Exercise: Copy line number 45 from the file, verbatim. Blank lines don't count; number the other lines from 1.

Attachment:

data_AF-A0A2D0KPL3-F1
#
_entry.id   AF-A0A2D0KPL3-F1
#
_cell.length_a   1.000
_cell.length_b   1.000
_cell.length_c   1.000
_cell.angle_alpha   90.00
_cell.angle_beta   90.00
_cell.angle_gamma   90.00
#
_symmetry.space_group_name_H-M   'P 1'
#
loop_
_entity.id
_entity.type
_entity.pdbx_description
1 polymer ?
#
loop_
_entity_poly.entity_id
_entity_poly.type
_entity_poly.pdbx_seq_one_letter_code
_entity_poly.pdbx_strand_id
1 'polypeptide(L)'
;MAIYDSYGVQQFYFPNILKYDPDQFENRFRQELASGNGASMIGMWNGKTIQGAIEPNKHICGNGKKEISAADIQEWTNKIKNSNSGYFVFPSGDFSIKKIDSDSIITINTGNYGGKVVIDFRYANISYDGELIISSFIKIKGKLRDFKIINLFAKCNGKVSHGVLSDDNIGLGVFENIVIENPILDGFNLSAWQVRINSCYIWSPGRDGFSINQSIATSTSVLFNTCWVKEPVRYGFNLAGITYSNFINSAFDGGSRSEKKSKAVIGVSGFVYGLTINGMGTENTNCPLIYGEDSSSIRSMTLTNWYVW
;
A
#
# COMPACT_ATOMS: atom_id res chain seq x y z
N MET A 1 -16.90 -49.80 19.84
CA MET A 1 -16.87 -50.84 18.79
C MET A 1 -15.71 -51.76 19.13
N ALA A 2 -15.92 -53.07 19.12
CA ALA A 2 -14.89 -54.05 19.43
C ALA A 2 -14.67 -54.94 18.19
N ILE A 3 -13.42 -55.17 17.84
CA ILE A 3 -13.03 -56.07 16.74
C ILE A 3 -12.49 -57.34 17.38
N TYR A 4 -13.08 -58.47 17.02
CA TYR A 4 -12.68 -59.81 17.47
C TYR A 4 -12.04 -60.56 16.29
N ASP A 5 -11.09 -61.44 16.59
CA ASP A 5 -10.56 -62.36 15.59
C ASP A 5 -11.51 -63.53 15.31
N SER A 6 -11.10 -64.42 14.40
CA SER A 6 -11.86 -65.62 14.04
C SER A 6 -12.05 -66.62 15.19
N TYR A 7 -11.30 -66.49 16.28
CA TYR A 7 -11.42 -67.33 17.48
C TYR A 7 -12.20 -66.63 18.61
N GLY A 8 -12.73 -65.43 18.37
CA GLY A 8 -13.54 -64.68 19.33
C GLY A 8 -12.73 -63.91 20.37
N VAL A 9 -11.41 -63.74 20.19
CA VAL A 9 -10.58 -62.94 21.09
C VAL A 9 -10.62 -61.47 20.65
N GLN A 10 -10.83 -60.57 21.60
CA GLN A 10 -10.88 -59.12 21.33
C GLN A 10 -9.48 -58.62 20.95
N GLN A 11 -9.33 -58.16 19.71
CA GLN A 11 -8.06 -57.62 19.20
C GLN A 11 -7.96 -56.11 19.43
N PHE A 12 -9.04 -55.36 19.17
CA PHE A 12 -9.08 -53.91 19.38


C ASP A 5 -11.51 -63.53 15.31